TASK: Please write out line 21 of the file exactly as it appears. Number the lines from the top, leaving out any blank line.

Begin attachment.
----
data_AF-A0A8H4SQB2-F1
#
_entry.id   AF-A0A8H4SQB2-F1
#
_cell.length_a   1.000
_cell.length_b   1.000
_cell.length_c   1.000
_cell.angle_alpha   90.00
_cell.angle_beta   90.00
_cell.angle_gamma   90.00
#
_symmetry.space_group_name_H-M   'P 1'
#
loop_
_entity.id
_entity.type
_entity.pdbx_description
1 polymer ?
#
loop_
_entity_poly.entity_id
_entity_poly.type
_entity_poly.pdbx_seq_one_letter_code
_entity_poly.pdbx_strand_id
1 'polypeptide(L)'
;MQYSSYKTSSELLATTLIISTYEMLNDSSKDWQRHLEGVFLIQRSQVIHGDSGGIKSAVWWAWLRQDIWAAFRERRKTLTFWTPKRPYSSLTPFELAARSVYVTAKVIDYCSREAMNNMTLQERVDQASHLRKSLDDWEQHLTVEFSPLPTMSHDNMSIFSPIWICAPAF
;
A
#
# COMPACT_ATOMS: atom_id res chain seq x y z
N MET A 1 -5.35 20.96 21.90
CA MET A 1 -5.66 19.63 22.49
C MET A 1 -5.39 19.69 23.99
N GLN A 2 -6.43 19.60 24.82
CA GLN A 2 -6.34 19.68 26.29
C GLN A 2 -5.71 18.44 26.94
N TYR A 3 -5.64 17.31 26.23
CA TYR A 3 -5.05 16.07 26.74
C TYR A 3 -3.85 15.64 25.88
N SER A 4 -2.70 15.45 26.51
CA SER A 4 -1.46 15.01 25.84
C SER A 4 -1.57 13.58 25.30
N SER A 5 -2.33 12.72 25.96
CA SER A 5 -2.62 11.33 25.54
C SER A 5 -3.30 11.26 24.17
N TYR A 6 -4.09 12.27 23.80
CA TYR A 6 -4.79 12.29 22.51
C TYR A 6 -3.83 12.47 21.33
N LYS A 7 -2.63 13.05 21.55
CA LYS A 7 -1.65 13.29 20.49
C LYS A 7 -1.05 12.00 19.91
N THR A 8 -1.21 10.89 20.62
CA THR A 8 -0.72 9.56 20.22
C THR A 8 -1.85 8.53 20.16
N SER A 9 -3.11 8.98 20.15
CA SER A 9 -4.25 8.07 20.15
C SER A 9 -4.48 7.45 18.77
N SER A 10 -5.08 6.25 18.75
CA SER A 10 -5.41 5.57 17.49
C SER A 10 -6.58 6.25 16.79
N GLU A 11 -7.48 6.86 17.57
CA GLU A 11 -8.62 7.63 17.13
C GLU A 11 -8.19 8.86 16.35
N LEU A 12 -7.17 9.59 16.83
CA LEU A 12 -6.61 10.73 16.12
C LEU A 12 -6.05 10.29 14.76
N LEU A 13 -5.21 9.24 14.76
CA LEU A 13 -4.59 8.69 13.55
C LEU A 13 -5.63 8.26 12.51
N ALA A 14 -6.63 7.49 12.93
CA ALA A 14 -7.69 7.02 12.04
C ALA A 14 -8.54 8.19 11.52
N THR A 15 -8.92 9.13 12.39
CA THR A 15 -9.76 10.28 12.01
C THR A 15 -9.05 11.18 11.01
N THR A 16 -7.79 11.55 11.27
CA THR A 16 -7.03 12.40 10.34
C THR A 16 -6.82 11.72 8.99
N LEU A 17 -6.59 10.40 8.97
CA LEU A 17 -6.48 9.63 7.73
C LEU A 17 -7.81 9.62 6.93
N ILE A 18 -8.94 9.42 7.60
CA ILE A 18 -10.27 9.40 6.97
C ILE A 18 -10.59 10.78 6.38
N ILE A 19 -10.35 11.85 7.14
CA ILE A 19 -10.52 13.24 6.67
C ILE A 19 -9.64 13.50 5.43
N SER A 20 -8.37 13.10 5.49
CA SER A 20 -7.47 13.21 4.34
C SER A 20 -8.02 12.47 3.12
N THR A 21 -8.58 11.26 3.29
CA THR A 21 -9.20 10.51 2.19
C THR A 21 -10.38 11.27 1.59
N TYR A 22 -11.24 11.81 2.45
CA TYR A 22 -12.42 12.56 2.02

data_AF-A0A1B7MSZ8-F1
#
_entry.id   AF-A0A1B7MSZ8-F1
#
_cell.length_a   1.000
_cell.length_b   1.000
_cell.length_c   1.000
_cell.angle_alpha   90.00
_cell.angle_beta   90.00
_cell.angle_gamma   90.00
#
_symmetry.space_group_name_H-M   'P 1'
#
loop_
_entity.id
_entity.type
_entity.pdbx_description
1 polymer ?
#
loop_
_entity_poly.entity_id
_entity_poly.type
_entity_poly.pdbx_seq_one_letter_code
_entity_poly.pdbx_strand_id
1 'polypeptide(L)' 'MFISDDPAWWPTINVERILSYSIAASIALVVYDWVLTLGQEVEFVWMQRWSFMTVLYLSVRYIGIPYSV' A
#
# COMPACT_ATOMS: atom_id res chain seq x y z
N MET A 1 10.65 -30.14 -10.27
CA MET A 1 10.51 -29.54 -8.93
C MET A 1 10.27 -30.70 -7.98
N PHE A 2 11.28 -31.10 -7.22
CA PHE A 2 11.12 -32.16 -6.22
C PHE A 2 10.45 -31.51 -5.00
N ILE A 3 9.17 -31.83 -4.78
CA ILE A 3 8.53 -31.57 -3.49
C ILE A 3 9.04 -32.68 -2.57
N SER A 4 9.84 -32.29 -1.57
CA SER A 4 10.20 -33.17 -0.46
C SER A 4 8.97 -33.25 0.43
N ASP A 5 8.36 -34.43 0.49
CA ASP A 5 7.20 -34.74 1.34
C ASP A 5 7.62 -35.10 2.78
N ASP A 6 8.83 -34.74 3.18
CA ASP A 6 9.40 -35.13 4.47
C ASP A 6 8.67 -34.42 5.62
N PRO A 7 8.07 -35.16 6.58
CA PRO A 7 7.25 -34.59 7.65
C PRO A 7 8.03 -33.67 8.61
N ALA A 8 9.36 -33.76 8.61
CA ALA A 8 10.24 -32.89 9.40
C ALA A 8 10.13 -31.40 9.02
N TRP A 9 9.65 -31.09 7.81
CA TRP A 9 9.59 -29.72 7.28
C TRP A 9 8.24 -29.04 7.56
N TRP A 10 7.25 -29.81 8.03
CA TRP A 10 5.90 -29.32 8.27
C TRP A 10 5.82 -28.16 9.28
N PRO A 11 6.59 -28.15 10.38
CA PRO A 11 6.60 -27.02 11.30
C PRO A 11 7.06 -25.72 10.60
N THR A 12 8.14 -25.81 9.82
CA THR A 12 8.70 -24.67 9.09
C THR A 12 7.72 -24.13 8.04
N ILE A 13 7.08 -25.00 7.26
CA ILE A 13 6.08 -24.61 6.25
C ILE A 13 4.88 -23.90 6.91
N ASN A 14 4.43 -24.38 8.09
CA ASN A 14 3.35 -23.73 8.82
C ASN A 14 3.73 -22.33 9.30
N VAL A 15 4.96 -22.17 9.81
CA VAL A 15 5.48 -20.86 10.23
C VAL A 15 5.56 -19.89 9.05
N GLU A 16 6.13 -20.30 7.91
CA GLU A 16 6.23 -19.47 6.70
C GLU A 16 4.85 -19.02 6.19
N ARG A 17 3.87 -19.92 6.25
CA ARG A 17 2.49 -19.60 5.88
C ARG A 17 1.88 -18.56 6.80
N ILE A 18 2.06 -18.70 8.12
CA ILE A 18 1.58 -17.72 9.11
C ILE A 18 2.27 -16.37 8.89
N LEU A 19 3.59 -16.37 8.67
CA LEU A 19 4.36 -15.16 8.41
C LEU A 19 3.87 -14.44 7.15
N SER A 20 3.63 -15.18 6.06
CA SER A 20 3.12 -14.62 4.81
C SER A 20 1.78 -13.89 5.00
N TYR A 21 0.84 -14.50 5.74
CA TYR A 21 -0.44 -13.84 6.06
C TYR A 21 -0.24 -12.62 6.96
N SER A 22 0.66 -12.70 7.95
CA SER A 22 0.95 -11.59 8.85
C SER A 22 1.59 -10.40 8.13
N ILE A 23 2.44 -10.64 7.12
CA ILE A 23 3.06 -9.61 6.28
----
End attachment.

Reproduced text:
_entity_poly.entity_id